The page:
Asian Life & Times - SALT
Two Karachi-based women
have brought out two individual accounts of the same event in history that
they lived through – the break-up of Pakistan and the creation of
Bangladesh. While Raihana Hasan’s
Of Martyrs & Marigolds
‘Of Martyrs & Marigolds’
is Aquila Ismail’s eloquent debut novel.
It touched the soul – extremely painfully
at times. It took one back to those dreadful headlines forty years ago.
The novel is a fearless
and an unbiased narrative of the birth of Bangladesh seen through the eyes
of Suri –a young college student at the time. It is a story of dilemmas
faced by the ‘Urdu-speaking’ Bihari- citizens of East Pakistan, who loved
the country they had opted to live in.
It is a tale of atrocities committed by
both sides – Pakistani army and the Bengalis - towards their own. Not many
writers have documented this painful period of Bangladesh’s recent history –
and Aquila has recreated with nostalgic charm the growing up of Suri in a
middle class ‘Urdu-speaking’ family living in Bangladesh – a country they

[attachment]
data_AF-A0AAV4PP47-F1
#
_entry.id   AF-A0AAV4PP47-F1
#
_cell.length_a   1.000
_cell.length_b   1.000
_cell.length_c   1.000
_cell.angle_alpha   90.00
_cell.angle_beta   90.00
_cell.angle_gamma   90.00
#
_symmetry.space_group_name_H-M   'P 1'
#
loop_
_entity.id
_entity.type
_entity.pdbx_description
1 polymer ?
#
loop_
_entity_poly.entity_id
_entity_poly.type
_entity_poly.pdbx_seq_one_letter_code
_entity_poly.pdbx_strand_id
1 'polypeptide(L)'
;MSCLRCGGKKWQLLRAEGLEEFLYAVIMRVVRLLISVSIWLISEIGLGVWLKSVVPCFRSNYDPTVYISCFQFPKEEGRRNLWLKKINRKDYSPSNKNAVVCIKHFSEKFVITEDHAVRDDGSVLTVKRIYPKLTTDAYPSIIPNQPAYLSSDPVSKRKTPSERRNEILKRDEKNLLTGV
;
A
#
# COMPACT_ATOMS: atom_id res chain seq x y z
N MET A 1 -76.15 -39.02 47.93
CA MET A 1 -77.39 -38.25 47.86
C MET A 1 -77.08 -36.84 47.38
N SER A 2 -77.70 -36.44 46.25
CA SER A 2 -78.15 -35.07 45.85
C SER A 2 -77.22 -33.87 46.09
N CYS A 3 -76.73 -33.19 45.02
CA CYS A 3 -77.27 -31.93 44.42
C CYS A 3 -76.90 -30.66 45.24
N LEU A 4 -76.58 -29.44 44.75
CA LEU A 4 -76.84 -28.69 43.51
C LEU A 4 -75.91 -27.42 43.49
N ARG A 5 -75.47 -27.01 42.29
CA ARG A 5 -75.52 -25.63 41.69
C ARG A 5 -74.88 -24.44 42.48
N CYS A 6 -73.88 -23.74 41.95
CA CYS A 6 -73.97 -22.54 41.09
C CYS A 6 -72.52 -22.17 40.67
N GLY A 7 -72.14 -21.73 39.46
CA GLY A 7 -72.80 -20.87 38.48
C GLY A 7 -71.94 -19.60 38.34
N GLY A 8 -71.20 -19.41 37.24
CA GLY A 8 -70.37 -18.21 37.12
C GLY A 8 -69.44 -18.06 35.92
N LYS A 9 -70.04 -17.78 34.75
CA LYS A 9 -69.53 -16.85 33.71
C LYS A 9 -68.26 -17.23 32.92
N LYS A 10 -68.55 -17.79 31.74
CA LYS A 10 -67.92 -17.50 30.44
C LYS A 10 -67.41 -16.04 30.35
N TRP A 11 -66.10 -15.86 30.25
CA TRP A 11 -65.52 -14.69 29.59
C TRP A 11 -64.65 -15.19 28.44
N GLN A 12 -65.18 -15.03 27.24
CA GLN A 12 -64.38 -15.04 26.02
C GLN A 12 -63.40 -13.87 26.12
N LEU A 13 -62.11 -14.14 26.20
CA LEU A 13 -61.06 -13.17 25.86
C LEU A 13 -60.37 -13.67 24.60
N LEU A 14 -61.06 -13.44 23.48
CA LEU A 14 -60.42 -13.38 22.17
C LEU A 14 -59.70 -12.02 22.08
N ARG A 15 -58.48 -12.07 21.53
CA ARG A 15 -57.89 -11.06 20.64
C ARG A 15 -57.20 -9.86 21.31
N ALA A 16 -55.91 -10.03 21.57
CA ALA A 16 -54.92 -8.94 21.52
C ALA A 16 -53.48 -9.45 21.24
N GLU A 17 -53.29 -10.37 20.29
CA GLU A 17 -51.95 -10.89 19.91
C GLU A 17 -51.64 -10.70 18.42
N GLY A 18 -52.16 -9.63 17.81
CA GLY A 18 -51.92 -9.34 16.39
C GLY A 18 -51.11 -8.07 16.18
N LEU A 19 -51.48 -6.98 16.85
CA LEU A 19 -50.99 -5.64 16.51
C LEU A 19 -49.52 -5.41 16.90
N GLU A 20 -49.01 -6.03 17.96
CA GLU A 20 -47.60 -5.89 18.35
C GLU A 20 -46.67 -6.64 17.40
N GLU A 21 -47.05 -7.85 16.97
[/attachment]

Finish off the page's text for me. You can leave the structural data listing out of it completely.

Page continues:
moved to by choice.
As the novel unfolds, its characters and imagery
become vivid – and the story more agonizing. Based on actual incidents, some
that haunt you for long after the page has turned, the novel is gripping and
at times horrific. There were many a time I had to put the book down and
pick it up again after a few days.
The happiest moments in the novel are those of
Suri’s school and college years in Dhaka. Suri grew up in a comfortable
middle-class home and her narrative begins with a child's worldview –
innocent, and non-judgmental - of life amidst the exotic tropical flora and
fauna, the colours of childhood, the snug daily life with friends and
family. Later as a college student – Bob Dylan’s poetry, Bollywood fashions,
parties – it was a regular life of a teenager.
The army crackdown and
the violent Bengali backlash against the ‘Urdu-speaking’ populace change the
course and the mood of the novel.
The Civil War that followed, unleashed
upon the millions of people – the very real fear of betrayal and threat,
rape and murder, and torture and massacres and turned it into the ugliest
and most shaming period in the recent history of South Asia.
emerged was beyond barbarism. It was a repeat of 1947 – but Manto was not
amongst us to chronicle the pain and suffering in his lucid short stories.
And once again we failed to learn from
Aquila Ismail is indeed a ‘real interpreter.’
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